in Sermons

Funeral of Marian Louise Wiening – John 6:27-40 “The Hope of the Garden”

Pastor Christopher R. Gillespie
Grace Lutheran Church – Dyer, Indiana
20. December 2010
Funeral of Marian Louise Wiening
John 6:27-40
“The Hope of the Garden”


Dearly beloved, Nola, David, John, Jennifer, James, spouses, grandchildren, great-grandchildren, visitors, and fellow redeemed – Grace, mercy and peace be to you from our Lord and Savior Jesus Christ. Amen.

The text for our meditation is the Gospel just read, especially these words of our Lord: “Do not labor for the food that perishes, but for food that endures to eternal life.” (John 6:27).

God created Adam and Eve to care for his creation. He set gave them dominion over all creation. They were to tend for the plants and the animals. They were to be stewards of the good gifts God had given them. This they joyfully did, even walking with God in the cool of the day.

Its the sort of idyllic picture Marian hoped for. She greatly wanted a garden like our first parents. She wanted her flowers to blossom and flourish, her vegetables to sprout and grow. She cared for her plants like they had been given to her by God himself. She watered and cultivated, even when hampered by her walker in these last years.

Marian found her garden a joy … and also a burden. She struggled against those weeds. She hated them. She couldn’t stand the thought of yet another illegitimate growth. She would stew about in the home until the last weed was pulled. The weeds of those four gardens were a battle she would fight to her death. She would overcome their ill-natured attempt to strangle the good growth in her seed beds.

She fought those parasites tooth and nail and never rested until the last one was pulled. She won each battle. She never won the war. The next day, another set of thistles rose up. The next year, fresh minutemen rose up to squash her beautiful flowers. The struggle continued every season and year.

Marian wanted the idyllic life of Adam and Eve. She longed for the beauty of that first creation. She knew all too well that her hope was in vain. Ever since our ancestral parents rejection of God’s Word, the eating of the tree of the knowledge of good and evil, all creation chafes at the dominion of man. Critters rise up against creatures. Beast attacks man. The seas roar and the winds howl. Flood waters surge and tornadoes ravage the countryside.

The special sign God spoke to Adam, Marian knew well. By the sweat of the brow, you will get your bread. The earth will yield thorns and thistles as much as flowers and vegetables. The cultivation of the earth is hard work. The blessings of flowers and food comes through difficult labor.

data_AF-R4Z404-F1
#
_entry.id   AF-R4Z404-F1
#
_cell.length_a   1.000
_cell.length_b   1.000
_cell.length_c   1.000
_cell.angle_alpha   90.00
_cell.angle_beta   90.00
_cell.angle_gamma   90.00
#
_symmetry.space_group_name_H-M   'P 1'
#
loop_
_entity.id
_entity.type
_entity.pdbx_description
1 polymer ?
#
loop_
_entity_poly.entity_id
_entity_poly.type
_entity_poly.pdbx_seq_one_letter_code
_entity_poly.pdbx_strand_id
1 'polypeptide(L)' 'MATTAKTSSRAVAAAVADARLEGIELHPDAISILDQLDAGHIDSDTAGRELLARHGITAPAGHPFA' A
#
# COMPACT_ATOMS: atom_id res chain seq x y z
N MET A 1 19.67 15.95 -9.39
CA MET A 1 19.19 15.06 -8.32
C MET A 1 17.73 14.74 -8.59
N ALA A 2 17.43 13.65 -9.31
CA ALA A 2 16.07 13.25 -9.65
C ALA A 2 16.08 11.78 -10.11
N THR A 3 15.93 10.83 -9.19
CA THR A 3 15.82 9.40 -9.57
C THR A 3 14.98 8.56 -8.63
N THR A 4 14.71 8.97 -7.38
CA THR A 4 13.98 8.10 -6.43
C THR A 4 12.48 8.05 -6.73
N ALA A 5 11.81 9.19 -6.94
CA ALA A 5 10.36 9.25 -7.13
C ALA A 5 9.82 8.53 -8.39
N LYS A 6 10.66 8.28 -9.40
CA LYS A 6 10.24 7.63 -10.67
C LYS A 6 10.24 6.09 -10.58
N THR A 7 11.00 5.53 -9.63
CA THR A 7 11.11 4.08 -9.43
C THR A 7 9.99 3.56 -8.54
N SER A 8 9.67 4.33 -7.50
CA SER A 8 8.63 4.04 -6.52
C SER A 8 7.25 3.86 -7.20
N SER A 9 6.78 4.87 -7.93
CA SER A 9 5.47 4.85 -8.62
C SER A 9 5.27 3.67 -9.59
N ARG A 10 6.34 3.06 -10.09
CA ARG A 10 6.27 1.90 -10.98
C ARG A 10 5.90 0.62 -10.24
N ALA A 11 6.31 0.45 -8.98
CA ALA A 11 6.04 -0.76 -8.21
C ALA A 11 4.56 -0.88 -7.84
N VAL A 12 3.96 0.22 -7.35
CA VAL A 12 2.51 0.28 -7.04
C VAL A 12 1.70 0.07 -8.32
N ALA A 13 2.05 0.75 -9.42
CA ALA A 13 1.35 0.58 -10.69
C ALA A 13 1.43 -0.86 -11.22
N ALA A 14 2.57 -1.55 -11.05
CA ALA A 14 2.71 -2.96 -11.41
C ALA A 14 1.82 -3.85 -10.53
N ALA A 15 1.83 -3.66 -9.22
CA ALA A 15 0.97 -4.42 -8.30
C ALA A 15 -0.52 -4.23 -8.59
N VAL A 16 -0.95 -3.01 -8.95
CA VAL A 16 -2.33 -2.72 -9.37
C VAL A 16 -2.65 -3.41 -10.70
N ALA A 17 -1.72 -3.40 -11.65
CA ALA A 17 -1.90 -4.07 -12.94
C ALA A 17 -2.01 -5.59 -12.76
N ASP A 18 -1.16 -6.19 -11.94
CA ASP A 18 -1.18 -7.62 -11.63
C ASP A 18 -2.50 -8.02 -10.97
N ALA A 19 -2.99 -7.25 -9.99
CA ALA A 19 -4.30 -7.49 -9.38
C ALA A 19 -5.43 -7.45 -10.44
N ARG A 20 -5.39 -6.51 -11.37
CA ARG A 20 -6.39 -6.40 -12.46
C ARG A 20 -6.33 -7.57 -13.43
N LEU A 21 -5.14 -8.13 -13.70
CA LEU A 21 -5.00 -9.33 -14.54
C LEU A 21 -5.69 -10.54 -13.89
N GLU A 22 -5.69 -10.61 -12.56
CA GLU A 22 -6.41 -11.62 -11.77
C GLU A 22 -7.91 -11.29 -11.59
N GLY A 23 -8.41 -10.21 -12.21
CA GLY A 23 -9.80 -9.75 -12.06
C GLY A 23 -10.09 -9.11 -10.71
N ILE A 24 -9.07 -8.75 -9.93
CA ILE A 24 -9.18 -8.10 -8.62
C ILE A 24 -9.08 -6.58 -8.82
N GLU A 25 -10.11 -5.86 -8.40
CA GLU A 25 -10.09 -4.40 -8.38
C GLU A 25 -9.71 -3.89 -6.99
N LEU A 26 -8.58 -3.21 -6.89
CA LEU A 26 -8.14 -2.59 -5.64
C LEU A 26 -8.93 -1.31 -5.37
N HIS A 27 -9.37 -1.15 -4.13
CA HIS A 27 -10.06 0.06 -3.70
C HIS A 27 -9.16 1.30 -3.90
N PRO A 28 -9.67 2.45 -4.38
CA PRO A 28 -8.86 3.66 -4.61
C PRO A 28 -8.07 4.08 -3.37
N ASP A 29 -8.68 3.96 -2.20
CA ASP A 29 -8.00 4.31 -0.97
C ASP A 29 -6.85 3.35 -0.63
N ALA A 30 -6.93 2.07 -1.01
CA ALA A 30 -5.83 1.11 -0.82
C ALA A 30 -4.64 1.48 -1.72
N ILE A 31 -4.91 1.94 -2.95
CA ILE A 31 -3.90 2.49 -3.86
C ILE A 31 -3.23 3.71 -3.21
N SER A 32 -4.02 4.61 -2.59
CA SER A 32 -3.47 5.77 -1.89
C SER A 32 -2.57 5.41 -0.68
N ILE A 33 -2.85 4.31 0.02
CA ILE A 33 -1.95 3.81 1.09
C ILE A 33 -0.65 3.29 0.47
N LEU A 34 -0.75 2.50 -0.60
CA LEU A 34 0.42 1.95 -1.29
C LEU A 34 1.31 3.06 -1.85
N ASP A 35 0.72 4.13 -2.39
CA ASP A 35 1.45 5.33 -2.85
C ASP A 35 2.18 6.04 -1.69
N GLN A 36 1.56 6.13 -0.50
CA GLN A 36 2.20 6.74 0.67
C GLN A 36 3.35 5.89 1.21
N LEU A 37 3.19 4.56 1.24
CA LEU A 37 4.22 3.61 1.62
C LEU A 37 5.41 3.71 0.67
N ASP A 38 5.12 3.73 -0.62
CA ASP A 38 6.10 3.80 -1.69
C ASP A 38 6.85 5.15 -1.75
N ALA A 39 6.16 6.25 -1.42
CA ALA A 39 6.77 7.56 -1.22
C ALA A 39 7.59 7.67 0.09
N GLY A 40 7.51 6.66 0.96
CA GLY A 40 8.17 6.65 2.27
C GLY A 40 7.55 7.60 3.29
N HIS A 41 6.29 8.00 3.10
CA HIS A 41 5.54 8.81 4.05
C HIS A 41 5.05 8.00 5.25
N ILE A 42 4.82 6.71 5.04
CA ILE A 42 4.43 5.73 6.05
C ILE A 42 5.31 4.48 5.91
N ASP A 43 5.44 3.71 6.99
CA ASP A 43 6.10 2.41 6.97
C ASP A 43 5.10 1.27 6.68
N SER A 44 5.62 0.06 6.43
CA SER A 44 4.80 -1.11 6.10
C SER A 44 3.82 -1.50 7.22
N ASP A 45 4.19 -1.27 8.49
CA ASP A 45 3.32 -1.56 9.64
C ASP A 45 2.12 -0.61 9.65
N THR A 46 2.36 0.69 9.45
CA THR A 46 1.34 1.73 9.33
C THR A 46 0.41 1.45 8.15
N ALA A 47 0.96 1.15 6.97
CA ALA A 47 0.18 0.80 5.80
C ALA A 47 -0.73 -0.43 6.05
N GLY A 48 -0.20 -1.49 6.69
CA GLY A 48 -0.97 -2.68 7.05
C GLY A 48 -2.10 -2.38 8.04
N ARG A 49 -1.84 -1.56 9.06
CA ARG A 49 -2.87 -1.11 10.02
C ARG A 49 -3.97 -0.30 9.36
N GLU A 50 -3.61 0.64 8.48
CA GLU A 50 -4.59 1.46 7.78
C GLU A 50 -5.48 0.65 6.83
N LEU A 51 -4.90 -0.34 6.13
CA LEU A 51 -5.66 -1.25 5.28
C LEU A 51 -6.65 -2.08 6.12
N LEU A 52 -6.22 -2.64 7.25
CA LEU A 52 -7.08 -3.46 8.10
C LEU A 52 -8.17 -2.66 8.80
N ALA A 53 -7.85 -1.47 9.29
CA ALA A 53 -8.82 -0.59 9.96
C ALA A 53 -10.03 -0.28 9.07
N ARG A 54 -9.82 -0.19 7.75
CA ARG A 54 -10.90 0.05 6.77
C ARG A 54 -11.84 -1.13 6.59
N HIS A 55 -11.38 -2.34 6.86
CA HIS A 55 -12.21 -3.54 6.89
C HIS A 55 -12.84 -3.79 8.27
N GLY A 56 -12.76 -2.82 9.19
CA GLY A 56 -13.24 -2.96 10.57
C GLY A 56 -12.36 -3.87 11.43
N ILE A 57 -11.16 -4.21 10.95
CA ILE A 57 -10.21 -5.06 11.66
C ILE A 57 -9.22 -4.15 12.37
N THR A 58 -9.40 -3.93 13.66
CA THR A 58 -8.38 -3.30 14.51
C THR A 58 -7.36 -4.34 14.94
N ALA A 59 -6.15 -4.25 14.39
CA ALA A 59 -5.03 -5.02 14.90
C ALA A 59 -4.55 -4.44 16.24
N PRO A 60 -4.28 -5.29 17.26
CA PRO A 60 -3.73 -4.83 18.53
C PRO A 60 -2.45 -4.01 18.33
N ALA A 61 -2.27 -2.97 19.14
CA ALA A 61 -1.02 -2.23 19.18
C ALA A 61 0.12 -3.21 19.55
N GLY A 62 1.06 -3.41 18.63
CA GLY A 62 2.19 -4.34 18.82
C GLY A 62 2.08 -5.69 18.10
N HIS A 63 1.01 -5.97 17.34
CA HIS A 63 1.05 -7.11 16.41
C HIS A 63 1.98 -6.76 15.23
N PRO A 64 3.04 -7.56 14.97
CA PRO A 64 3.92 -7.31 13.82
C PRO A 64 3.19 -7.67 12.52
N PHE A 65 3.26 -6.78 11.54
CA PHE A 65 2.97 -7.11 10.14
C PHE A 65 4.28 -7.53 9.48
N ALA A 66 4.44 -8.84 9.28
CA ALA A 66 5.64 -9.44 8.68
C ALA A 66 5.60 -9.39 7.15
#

The chore of the garden is God’s sign that he still is displeased with our disobedience. He is not pleased that we have turned aside from his holy commands and follow our own whims and fancies. He hates that we listen to the Tempter’s lies and fall into great shame and vice. The great effort it took Marian to bring beauty and food into this world through her gardens is a hallmark of the effects of our continued disobedience to our heavenly Father’s will.

Marian knew this truth. She knew her Lord was displeased with her sin. The gardens told her that things aren’t quite as they should be. She longed for a garden that would yield flower and fruit in abundance. She hoped for a garden that would be filled with joyous work.

She labored in her gardens for food that perishes. Her hours wasted away, pursuing that last weed or trying to coax another vine to sprout. Yet, the weeds kept coming and the seeds didn’t seem to listen.

I think it reminded her too that things aren’t as they should be. Marian kept laboring in that garden because it reminded her of the good gifts of God to come. The garden taught her how her loving creator still provides for all his creatures, despite his anger over sin, in order that they might believe.

She knew that there was a better garden to come. Her struggles for flower and food reminded her that she needed a different food, a different garden, and a different world. She was like the flower and like the bread. The flower fades in the fall and dies in the winter. The food begins to smell and finally rots. No matter how hard she tried, she could not grow young again. She couldn’t restore her frail figure or her lost eye. Time kept ticking towards the inevitable end. Something had to change.